Planning Expedition by Joseph Mullin
There is much more than just planning a trip. For one thing an expedition last longer. There is more to consider, safety logistics, food, water, clothing, shelter, communications, and charts.
I am looking to paddle 2,000 miles next year solo so far. I figure it will take 8 months. I welcome any expert sea kayakers to join me if not for the whole distance then whatever you feel comfortable doing.
I have charts for the whole trip and I am plotting courses noting compass bearing and notating danger zones and tide checks. I am stockpiling freeze dried food and other necessities. I have made modifications to my kayak to improve integrity and increase hatch integrity. I have added navionics and tide apps to my phone. I also have the Coast Guard app so I can do daily float plans and email them to my family and a friend.
One must have a great understanding of tides and currents as well as the rules to navigation. One must also realize that most boaters either ignore the rules or do not know them so always give right away for your safety and those with you.
Another thing of major importance is that the plans you make are not written in stone. Conditions can change in a moment’s notice out on the water. One must be ready to make assessments and revise or scrap and make whole new plans. What I call adapt and improvise. I have 20 years of emergency management experience where we were good at risk/benefit analysis and making rapid decisions based on that assessment.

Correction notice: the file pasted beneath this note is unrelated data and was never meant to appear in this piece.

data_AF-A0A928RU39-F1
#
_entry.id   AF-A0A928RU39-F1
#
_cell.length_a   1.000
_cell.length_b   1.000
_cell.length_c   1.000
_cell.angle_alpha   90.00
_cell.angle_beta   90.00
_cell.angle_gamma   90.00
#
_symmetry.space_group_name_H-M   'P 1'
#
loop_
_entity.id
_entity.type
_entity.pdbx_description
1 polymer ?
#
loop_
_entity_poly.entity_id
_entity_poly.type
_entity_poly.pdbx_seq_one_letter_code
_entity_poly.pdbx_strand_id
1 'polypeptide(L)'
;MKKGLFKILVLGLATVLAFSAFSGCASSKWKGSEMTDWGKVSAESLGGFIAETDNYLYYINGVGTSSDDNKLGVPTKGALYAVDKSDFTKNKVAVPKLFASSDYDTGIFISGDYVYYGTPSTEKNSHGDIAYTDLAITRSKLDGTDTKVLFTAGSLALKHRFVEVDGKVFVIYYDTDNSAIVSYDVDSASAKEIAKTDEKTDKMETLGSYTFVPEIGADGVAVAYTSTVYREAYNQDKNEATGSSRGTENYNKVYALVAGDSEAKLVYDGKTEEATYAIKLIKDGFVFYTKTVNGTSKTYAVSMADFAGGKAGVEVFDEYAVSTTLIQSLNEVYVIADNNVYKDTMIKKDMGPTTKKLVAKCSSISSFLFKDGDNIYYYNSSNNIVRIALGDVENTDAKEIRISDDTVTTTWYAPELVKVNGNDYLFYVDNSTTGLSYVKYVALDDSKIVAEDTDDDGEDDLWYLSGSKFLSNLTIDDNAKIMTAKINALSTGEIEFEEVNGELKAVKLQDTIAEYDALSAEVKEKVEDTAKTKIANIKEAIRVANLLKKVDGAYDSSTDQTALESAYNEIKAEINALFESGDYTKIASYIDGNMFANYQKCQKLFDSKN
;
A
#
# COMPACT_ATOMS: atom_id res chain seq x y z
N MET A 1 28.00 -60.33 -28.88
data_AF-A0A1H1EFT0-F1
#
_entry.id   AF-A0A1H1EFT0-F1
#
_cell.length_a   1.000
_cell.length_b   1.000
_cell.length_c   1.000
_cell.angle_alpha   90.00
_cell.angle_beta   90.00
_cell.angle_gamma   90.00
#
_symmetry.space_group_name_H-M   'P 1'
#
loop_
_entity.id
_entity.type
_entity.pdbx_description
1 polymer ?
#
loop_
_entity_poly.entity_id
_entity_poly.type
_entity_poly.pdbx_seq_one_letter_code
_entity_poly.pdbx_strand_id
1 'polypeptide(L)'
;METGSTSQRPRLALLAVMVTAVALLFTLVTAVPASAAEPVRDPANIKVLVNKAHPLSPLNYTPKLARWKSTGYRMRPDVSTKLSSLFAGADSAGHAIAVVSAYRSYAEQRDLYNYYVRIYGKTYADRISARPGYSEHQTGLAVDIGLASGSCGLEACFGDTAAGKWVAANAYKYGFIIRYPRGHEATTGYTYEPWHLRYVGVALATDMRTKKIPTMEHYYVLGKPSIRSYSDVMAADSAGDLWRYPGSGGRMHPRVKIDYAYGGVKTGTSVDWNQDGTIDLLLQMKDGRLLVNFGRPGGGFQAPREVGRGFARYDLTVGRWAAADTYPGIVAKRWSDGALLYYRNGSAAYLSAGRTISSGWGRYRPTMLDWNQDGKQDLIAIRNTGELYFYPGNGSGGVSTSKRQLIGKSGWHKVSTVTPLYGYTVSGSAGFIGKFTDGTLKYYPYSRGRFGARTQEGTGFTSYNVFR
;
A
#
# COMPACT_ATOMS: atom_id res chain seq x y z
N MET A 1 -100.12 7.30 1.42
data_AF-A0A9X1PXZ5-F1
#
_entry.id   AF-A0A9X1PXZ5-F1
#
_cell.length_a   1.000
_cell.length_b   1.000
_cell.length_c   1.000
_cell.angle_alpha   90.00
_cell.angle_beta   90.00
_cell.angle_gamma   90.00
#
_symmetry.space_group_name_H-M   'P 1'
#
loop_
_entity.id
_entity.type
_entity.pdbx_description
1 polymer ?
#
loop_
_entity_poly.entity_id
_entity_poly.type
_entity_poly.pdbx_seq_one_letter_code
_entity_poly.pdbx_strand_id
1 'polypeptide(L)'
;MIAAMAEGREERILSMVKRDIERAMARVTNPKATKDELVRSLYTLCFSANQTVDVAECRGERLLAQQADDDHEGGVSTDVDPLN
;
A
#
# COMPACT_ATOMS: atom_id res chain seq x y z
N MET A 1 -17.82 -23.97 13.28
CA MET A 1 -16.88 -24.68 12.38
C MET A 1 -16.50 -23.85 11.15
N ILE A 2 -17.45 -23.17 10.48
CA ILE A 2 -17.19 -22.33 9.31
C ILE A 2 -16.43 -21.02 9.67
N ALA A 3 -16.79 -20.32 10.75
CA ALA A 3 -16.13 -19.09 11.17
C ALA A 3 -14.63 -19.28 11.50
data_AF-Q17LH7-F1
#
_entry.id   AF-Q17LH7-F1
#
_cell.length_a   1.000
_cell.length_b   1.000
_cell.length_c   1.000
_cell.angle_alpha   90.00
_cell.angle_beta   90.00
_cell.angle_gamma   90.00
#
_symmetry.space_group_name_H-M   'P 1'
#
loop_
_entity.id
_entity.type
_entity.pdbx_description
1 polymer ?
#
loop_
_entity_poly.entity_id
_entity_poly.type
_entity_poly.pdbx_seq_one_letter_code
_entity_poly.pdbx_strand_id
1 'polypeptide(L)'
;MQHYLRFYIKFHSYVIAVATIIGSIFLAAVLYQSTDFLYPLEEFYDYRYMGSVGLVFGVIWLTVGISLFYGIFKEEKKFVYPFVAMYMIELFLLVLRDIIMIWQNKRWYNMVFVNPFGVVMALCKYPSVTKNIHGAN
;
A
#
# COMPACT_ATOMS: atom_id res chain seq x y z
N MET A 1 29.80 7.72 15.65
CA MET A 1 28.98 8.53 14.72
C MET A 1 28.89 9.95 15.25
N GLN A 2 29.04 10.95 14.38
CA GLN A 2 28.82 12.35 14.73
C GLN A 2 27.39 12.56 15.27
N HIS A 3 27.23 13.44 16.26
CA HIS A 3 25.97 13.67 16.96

I am frequently asked if I will be in sight of land at all. times. The answer is most of the time but there are areas where I will not be in sight of land but will have to rely on my compass bearings to get me to the next land mass. The other question is will I follow along the shoreline. The answer is not right on the shoreline but within 3 miles of it. I have found in my experience that the water is calmer out about ½ to ¾ of a mile from shore. If you are crossing harbors or island hoping that distance could easily reach 3 to 5 miles. If you are not comfortable with these distances then this trip is not for you. What seas will you paddle in? The answer is, up to 6 foot swells is what I am comfortable in with up to 20 mph winds gusting to 30. These are conditions that I train in for this expedition.
I think that the things I have going for me is that I don’t panic in any situation. I clearly assess the situation and find the best solution. I do not quit. There is always a better path to take if you know how to read the water. Do not focus on how your body feels focus on the end of the destination the goal and you will get there. Keep focused and keep your head straight.
It is also good to have a purpose a cause for what you are doing. Mine for this expedition is Mission 22 to raise awareness that 22 of my brother and sister vets are committing suicide and I find this unacceptable.
If you would like to follow my progress I have a website set up already, ACSKE2017.org
Leave questions and comments on the sight and I will answer them.